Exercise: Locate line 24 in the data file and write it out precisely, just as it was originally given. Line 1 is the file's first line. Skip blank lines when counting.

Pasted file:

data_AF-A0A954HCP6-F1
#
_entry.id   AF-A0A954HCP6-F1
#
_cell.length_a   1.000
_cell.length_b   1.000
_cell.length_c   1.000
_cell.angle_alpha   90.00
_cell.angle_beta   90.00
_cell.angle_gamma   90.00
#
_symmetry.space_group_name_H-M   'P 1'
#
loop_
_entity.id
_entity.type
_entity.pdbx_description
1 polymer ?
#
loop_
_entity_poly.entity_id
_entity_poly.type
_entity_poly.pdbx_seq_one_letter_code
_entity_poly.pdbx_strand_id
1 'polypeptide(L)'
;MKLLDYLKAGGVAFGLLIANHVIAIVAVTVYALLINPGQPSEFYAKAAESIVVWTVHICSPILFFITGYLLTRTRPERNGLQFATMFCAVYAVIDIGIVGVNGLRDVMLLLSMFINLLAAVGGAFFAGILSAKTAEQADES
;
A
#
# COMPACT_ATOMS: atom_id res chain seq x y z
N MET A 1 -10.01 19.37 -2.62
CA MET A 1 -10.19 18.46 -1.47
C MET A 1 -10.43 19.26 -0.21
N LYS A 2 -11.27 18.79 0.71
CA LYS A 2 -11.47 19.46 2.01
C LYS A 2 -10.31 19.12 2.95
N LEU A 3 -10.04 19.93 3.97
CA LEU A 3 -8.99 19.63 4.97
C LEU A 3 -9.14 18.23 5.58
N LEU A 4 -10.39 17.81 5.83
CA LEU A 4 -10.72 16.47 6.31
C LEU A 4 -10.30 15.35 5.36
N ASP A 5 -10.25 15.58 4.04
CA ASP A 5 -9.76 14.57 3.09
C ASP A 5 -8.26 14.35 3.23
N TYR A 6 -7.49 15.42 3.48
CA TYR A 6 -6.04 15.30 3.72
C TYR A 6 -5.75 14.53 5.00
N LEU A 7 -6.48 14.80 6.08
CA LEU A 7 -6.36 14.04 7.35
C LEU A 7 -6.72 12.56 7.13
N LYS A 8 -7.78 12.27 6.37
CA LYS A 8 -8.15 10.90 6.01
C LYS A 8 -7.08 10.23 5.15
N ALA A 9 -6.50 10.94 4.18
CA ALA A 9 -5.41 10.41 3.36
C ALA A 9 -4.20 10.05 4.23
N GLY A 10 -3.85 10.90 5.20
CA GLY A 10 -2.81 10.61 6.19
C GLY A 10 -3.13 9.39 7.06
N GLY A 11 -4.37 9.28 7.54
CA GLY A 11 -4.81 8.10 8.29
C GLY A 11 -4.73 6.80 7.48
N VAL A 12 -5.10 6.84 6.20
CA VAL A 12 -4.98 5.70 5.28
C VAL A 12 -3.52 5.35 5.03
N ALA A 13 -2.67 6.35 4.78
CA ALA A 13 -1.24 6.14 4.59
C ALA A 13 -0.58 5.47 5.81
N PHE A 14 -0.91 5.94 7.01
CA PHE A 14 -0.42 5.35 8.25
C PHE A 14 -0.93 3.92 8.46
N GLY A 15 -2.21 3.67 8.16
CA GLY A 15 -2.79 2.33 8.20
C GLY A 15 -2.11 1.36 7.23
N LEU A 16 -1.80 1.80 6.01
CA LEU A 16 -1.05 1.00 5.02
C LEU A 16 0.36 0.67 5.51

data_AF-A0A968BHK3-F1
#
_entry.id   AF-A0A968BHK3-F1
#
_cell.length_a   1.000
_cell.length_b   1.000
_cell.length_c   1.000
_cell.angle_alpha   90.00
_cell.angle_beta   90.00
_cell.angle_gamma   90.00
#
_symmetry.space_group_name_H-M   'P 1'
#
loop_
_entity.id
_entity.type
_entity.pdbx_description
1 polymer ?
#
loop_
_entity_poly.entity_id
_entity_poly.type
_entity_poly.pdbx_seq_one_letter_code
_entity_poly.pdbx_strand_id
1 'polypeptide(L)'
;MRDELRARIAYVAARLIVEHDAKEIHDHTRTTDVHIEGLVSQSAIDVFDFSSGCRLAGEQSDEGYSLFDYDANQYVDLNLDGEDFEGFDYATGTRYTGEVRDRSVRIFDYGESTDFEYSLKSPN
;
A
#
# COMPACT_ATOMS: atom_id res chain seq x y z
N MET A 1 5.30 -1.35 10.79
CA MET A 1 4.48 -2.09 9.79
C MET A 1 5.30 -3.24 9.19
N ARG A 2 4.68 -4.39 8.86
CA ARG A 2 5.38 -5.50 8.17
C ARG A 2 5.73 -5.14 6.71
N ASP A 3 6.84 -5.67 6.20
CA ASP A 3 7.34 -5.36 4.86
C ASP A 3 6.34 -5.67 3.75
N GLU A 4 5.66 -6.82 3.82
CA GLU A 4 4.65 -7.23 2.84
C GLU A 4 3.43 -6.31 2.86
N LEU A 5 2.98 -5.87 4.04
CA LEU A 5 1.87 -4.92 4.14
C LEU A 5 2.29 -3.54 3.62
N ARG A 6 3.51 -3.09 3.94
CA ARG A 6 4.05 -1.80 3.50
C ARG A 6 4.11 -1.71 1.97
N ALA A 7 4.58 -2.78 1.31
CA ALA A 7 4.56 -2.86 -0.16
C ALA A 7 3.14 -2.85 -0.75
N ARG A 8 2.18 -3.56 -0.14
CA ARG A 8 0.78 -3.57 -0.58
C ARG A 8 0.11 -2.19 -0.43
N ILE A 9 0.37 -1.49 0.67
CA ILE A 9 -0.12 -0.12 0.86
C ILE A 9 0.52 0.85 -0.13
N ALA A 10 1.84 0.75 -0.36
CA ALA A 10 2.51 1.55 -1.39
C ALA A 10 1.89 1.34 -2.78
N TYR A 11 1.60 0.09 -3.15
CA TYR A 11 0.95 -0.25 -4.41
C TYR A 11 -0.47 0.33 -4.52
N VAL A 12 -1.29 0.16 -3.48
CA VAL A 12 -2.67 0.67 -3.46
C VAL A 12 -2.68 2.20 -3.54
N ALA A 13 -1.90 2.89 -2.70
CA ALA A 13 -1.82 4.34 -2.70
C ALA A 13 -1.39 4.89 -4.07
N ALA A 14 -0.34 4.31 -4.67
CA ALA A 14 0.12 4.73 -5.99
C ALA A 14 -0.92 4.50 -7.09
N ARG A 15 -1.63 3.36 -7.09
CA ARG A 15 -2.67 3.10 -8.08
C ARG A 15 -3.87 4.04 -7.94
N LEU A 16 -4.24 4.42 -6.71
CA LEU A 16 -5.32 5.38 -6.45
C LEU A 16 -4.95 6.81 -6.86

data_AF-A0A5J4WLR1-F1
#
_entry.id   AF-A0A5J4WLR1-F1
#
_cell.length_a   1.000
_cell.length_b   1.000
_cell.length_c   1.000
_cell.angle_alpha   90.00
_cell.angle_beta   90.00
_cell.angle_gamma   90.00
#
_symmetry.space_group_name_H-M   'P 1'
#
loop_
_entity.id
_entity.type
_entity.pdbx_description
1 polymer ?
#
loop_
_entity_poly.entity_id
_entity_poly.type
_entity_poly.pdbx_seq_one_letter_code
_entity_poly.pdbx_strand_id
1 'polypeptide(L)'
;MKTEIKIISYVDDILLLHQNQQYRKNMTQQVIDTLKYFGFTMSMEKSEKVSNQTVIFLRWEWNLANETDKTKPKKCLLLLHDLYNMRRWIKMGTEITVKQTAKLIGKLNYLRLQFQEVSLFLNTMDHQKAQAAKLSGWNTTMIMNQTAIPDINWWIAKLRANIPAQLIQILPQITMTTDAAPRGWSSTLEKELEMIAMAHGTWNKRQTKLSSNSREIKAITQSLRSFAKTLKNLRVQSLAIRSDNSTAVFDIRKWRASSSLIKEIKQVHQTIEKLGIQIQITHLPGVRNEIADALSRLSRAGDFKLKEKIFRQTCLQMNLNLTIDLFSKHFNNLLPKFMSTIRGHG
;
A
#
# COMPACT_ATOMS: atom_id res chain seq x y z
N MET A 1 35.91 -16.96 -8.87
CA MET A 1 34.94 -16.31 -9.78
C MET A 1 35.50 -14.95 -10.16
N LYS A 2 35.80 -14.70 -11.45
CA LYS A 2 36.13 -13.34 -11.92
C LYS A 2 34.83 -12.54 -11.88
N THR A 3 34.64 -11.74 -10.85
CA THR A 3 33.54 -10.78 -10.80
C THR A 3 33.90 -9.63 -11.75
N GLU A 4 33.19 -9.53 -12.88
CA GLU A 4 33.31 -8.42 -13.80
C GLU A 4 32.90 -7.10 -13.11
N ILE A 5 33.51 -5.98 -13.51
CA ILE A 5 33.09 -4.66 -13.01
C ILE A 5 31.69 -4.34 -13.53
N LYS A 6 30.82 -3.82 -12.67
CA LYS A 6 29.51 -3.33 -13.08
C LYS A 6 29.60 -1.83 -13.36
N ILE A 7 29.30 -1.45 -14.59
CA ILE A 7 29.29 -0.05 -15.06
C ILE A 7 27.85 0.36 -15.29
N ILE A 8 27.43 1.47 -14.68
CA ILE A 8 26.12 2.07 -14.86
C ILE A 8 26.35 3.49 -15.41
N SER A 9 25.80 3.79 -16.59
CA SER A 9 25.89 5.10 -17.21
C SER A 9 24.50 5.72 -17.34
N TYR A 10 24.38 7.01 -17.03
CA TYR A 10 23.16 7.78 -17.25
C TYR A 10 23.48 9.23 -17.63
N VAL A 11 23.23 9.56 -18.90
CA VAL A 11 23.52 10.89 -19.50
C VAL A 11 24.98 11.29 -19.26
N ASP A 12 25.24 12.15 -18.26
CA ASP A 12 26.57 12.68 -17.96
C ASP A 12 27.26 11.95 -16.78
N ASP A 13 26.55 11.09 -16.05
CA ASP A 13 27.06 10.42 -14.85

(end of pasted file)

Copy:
_entity_poly.pdbx_strand_id